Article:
T.R.O.Y:s entry "The New World Disorder - a global network of direct democracy and community currency" has been chosen for the first prize by a clear majority of the eminent jury. The jury finds that the winning contribution addresses important issues belonging to utopian thinking; visions of a better, future world; insights into what is causing problems today; implicit, or explicit, critique on prevailing systems; and last but not least, a location within the realm of possibility. Bo Södersten, the juror who did not choose T.R.O.Y as one of his nominees, writes: "utopian schemes can not be completely unrealistic. Utopian schemes will have to -- if not having a firm base in reality -- at least not go completely against reality, known facts and prevailing scientific views." Jury member Rebecka Lettevall writes "It is hard to define Utopia, and that is just the way it should be, as utopia means 'no-place'. Utopias may function as critique of the prevailing society, as a literary genre or as a well of future dreams."
The jury expresses appreciation of T.R.O.Y:s vision of numerous net-works and alliances running the society, connected and functioning through direct democracy. Jury member Edward Soja especially mentions the attention T.R.O.Y has given the importance of regional organizations and alliances: " notions of federation or confederation, and of participatory democracy, are given new twists in the creation of a Global Alliance that not only brings together thousands of grassroots community organizations and networks, but also works through the mediating agency of regional alliances." The jury notes that T.R.O.Y. shows a clear understanding of existing net-societies and grassroot organizations, a scene which already encompasses visions alike the ones found in T.R.O.Y:s text. He generously refers to various web sites to emphasize the existence of people in this world already on the move towards a possible new world disorder.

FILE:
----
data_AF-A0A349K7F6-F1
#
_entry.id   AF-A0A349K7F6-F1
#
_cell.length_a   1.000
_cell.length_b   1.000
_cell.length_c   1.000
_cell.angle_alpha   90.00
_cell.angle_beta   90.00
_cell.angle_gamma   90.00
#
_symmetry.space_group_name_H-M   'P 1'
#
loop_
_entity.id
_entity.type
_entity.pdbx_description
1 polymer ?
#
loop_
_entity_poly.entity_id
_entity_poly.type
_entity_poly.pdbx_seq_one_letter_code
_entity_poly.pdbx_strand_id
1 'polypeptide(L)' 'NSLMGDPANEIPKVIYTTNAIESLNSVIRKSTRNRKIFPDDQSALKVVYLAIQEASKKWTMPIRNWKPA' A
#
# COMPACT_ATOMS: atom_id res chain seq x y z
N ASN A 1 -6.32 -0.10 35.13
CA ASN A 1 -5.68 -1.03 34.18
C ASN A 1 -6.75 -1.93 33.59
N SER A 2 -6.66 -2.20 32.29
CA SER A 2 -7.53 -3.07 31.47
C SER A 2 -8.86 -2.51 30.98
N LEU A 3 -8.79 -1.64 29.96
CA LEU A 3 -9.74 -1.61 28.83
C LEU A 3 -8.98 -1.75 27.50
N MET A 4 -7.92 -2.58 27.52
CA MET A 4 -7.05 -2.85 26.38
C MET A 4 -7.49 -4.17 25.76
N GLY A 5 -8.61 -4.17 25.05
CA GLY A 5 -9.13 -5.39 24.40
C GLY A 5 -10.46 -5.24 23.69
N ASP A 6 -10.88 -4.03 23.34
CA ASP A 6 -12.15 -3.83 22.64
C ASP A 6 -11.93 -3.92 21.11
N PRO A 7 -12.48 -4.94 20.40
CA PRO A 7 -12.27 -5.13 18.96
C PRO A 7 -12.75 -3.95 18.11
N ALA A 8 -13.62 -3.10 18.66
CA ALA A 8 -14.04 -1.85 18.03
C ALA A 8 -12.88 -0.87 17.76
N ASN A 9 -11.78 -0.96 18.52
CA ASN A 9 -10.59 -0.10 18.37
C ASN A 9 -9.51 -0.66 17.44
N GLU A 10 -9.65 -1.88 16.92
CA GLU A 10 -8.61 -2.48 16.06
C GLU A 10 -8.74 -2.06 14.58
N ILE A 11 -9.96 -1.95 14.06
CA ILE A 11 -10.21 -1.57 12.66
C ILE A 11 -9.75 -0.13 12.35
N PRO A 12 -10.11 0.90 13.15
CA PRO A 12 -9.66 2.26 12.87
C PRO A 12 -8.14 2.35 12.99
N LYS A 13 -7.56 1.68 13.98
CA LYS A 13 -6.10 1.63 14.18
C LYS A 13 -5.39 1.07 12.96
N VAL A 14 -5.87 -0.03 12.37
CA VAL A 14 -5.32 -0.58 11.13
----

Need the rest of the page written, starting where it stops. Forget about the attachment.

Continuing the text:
T.R.O.Y:s discussion of globalization and economic restructuring, identi-fying two kinds of globalization, elite and grassroot, is also mentioned by the jury. Edward Soja writes: "I was very impressed by the discussion of globalization and economic restructuring, especially the use of existing grassroots movements to lead the way to a utopian future. The entire entry is marked by a sophisticated understanding of present world conditions "
The jury reflects upon the events leading up to "the Great Fall" described in "The New World Disorder". This event is sketched in the text, it is described as unforeseen but also inevitable. SOC notes that T.R.O.Y., in a few sentences, succeeds in communicating his idea of a future scenario and makes it clear that "the Great Fall" is perhaps not any more far from reality than other great events that have already occurred.
Soc. Stockholm and the jury congratulates TROY for his well-deserved prize and conclude with quotations from two of the jury members. Ed-ward Soja says about T.R.O.Y´s proposal: "What is included and how it is presented combine to produce a most thoughtful and enriching 'journey', in the sense of the authors early observations that utopianism is more a journey than a final destination, a way to move through, rather than a point to move to." And finally Sverker Sörlin describes "The New World Disorder": "Here is a vision of how life could be in the future. It is clear, it is rich, complex and argued with care and sincerity."
Compiled by Annika Drougge and Karin Willén, SOC.Stockholm